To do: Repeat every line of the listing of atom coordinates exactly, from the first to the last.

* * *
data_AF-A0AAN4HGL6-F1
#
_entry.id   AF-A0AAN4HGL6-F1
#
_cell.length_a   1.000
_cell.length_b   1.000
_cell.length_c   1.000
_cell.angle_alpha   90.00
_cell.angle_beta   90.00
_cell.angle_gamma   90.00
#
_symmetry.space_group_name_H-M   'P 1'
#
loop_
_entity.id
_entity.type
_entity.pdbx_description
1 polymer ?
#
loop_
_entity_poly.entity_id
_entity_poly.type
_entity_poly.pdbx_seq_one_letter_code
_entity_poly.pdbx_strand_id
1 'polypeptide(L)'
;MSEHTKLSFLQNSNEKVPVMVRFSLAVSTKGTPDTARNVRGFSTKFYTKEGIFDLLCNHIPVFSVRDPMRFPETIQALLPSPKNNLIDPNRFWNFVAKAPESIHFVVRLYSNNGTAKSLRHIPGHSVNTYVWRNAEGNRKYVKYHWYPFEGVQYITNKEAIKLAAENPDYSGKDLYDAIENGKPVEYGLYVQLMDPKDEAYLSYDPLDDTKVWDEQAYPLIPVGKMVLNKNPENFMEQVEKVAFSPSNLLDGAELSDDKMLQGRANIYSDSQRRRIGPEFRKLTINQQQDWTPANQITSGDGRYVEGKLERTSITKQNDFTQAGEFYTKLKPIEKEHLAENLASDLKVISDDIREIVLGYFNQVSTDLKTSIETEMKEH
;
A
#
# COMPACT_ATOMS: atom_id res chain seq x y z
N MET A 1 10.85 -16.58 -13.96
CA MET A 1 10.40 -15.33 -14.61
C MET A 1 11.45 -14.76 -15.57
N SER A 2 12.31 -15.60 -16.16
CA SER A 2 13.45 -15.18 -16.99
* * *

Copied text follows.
data_AF-A0AAN4HGL6-F1
#
_entry.id   AF-A0AAN4HGL6-F1
#
_cell.length_a   1.000
_cell.length_b   1.000
_cell.length_c   1.000
_cell.angle_alpha   90.00
_cell.angle_beta   90.00
_cell.angle_gamma   90.00
#
_symmetry.space_group_name_H-M   'P 1'
#
loop_
_entity.id
_entity.type
_entity.pdbx_description
1 polymer ?
#
loop_
_entity_poly.entity_id
_entity_poly.type
_entity_poly.pdbx_seq_one_letter_code
_entity_poly.pdbx_strand_id
1 'polypeptide(L)'
;MSEHTKLSFLQNSNEKVPVMVRFSLAVSTKGTPDTARNVRGFSTKFYTKEGIFDLLCNHIPVFSVRDPMRFPETIQALLPSPKNNLIDPNRFWNFVAKAPESIHFVVRLYSNNGTAKSLRHIPGHSVNTYVWRNAEGNRKYVKYHWYPFEGVQYITNKEAIKLAAENPDYSGKDLYDAIENGKPVEYGLYVQLMDPKDEAYLSYDPLDDTKVWDEQAYPLIPVGKMVLNKNPENFMEQVEKVAFSPSNLLDGAELSDDKMLQGRANIYSDSQRRRIGPEFRKLTINQQQDWTPANQITSGDGRYVEGKLERTSITKQNDFTQAGEFYTKLKPIEKEHLAENLASDLKVISDDIREIVLGYFNQVSTDLKTSIETEMKEH
;
A
#
# COMPACT_ATOMS: atom_id res chain seq x y z
N MET A 1 10.85 -16.58 -13.96
CA MET A 1 10.40 -15.33 -14.61
C MET A 1 11.45 -14.76 -15.57
N SER A 2 12.31 -15.60 -16.16
CA SER A 2 13.45 -15.18 -16.99